“You think your self-destruction is grand theater…. You’re just a performer in your own pathetic vaudeville show.”
Legend has it that on November 3, 1953, famed Welsh poet Dylan Thomas spent the day at The White Horse Tavern in New York. When he got back to his hotel, he claimed to have had 18 double whiskeys, which he considered a record. Soon he collapsed into a coma from which he did not recover. Last Call is a dark, yet poetic fictive version of that last day (and via flashbacks his family life and the weeks leading up to that fateful day). It should be noted that this is not meant as a biographical film in any factual sense. This is much more about trying to capture “the truth of the person” rather than events.
Thomas (Rhys Ifans), one of the most influential poets of the 20th century, is in the US for a lecture tour. At various colleges he is worshipped by the crowds (mostly young women). Yet, he is far from happy. He is a mixture of insecurity, narcissism, and alcoholism. On the day in question, he goes to the White Horse at 9:00 am and orders a double. When it comes he begins to tell the bartender Carlos (Rodrigo Santoro) and others at the bar that drinks need to have names to be more than just a drink. So with each of the 18 double shots that Carlos pours for him through the day and night, he christens it with some aspect of life. Drink number one is innocence, number two is enthusiasm, and he continues hitting on hope, faith, disappointment, death, resurrection, success, disappointment, and many other bits of wisdom. As he names each drink, he pontificates to those present about each aspect of life—and especially about how his life is playing out as a tragedy.
Between these various scenes in the bar, we flashback (and occasionally forward) to episodes either on the tour or with his wife in Wales. (One of the affectations of the film is that everything in the US is in black and white, everything in Wales is in color. That leads to a few interesting hybrid scenes when he hallucinates his wife, who is still in Wales, speaking to him in the bar.) In those scenes various supporting characters show us much of the failure in Thomas’s life.
Writer/director Steven Bernstein say the film is “a kind of long poem”. Other than when Thomas is reading his poems on the tour, the words all come from Bernstein, but they are written with the same kind of free verse cadence as we might expect from Dylan Thomas. We first note the poetic aspect of the film when in the first scene we hear Dr. Felton (John Malkovich) tell his friend “I’m not one for poetry.” Yet as he explains why he doesn’t care for poems, he is being very poetic. Bernstein fills the film with such poetic language.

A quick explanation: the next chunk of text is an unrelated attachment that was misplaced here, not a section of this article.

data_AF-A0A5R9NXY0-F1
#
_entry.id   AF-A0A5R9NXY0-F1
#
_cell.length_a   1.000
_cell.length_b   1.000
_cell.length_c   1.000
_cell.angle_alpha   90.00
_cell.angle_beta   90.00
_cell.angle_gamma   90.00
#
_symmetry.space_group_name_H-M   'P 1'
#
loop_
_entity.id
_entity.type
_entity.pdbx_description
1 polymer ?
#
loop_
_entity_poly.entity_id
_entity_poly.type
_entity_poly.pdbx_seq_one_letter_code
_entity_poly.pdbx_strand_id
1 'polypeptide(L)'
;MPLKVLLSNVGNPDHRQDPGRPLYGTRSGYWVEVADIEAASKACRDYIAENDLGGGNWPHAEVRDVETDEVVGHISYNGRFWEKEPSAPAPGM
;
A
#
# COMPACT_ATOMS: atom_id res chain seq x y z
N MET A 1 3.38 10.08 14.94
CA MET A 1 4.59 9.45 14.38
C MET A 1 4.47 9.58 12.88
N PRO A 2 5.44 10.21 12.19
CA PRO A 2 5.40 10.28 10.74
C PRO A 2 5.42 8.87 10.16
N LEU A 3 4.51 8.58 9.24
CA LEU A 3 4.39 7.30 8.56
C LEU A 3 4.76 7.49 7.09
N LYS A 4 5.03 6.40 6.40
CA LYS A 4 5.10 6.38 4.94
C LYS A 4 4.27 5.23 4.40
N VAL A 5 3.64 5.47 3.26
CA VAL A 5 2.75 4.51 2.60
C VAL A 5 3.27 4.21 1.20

There is also a bit of visual poetry, most noticeable in scenes where Carlos dances (once with a mop in the background as Thomas speechifies and later a bit of a tango with a young fan of Thomas’s) or during a scene where Dr. Felton performs an autopsy on Thomas as various onlookers pass out.
The use of color scenes amidst all the black and white scenes is also a kind of visual poetry. Those color scenes, all set in Wales, reflect Thomas’s concept of home and love. Yet, it is something he struggles to accept and to give. Those scenes include times of intimacy with his wife, but also of distance, such as his wife’s letters to him begging him to send money for the family.
While the film shows us a variety of relationships that Thomas has, for me the most interesting side character is Carlos. He serves not just as the one who keeps filling Thomas’s glass, but as a foil to his ideas. Thomas obviously thinks of him as an uneducated servant. But it turns out he is very well educated, quoting Shakespeare and Aquinas freely. While others look at Thomas with awe, Carlos sees him as a fraud. He tells Thomas that for all his words, there’s nothing there. For all his fame and success as a writer, he is a failure as a human being.
There is a certain irony of watching Thomas seemingly drink himself to death. One of his most famous poems is “Do Not Go Gentle into That Good Night”, which speaks of fighting against impending death. (We hear the poem being read on the lecture tour.) Yet the man we see in this film seems to be challenging death to take him. In one scene with Dr. Felton, the doctor asks him “Do you want to die?” over and over. It is a question Thomas fails to answer. Unlike the words of Dylan Thomas in the poem, the character in this film is far from raging “against the dying of the light”. He rages, but seemingly at life itself.
Last Call is showing in select theaters.
Photos courtesy of K Street Pictures.